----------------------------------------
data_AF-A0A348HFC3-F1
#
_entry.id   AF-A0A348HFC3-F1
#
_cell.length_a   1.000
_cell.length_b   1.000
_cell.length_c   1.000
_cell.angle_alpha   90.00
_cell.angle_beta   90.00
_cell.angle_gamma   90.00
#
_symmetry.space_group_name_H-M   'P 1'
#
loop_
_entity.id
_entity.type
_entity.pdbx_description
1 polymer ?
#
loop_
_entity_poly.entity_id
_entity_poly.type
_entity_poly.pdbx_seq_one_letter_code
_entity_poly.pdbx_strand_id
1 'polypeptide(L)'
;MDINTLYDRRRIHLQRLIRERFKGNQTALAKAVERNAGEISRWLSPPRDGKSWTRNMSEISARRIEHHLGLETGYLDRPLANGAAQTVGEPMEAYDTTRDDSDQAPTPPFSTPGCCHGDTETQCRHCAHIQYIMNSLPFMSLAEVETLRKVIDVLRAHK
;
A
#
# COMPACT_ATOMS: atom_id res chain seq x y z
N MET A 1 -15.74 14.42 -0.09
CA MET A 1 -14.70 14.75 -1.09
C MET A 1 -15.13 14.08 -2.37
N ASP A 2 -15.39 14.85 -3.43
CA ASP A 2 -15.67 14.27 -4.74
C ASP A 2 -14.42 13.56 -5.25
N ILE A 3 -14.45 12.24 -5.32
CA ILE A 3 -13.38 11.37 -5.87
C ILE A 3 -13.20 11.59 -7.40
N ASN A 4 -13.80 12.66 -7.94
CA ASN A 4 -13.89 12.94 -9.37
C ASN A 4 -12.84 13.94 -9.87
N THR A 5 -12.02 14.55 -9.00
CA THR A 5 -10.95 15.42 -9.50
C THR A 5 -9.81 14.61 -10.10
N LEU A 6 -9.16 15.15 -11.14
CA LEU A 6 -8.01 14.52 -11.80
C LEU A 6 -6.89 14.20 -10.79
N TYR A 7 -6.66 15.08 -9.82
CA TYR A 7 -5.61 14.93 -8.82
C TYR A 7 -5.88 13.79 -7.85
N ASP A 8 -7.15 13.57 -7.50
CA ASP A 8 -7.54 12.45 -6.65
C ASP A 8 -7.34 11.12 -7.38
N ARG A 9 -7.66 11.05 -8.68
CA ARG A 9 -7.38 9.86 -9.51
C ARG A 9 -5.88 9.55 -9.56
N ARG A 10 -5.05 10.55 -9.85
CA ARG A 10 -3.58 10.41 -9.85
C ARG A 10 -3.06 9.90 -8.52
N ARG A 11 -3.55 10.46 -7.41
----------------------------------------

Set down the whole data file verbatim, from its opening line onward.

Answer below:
data_AF-A0A348HFC3-F1
#
_entry.id   AF-A0A348HFC3-F1
#
_cell.length_a   1.000
_cell.length_b   1.000
_cell.length_c   1.000
_cell.angle_alpha   90.00
_cell.angle_beta   90.00
_cell.angle_gamma   90.00
#
_symmetry.space_group_name_H-M   'P 1'
#
loop_
_entity.id
_entity.type
_entity.pdbx_description
1 polymer ?
#
loop_
_entity_poly.entity_id
_entity_poly.type
_entity_poly.pdbx_seq_one_letter_code
_entity_poly.pdbx_strand_id
1 'polypeptide(L)'
;MDINTLYDRRRIHLQRLIRERFKGNQTALAKAVERNAGEISRWLSPPRDGKSWTRNMSEISARRIEHHLGLETGYLDRPLANGAAQTVGEPMEAYDTTRDDSDQAPTPPFSTPGCCHGDTETQCRHCAHIQYIMNSLPFMSLAEVETLRKVIDVLRAHK
;
A
#
# COMPACT_ATOMS: atom_id res chain seq x y z
N MET A 1 -15.74 14.42 -0.09
CA MET A 1 -14.70 14.75 -1.09
C MET A 1 -15.13 14.08 -2.37
N ASP A 2 -15.39 14.85 -3.43
CA ASP A 2 -15.67 14.27 -4.74
C ASP A 2 -14.42 13.56 -5.25
N ILE A 3 -14.45 12.24 -5.32
CA ILE A 3 -13.38 11.37 -5.87
C ILE A 3 -13.20 11.59 -7.40
N ASN A 4 -13.80 12.66 -7.94
CA ASN A 4 -13.89 12.94 -9.37
C ASN A 4 -12.84 13.94 -9.87
N THR A 5 -12.02 14.55 -9.00
CA THR A 5 -10.95 15.42 -9.50
C THR A 5 -9.81 14.61 -10.10
N LEU A 6 -9.16 15.15 -11.14
CA LEU A 6 -8.01 14.52 -11.80
C LEU A 6 -6.89 14.20 -10.79
N TYR A 7 -6.66 15.08 -9.82
CA TYR A 7 -5.61 14.93 -8.82
C TYR A 7 -5.88 13.79 -7.85
N ASP A 8 -7.15 13.57 -7.50
CA ASP A 8 -7.54 12.45 -6.65
C ASP A 8 -7.34 11.12 -7.38
N ARG A 9 -7.66 11.05 -8.68
CA ARG A 9 -7.38 9.86 -9.51
C ARG A 9 -5.88 9.55 -9.56
N ARG A 10 -5.05 10.55 -9.85
CA ARG A 10 -3.58 10.41 -9.85
C ARG A 10 -3.06 9.90 -8.52
N ARG A 11 -3.55 10.46 -7.41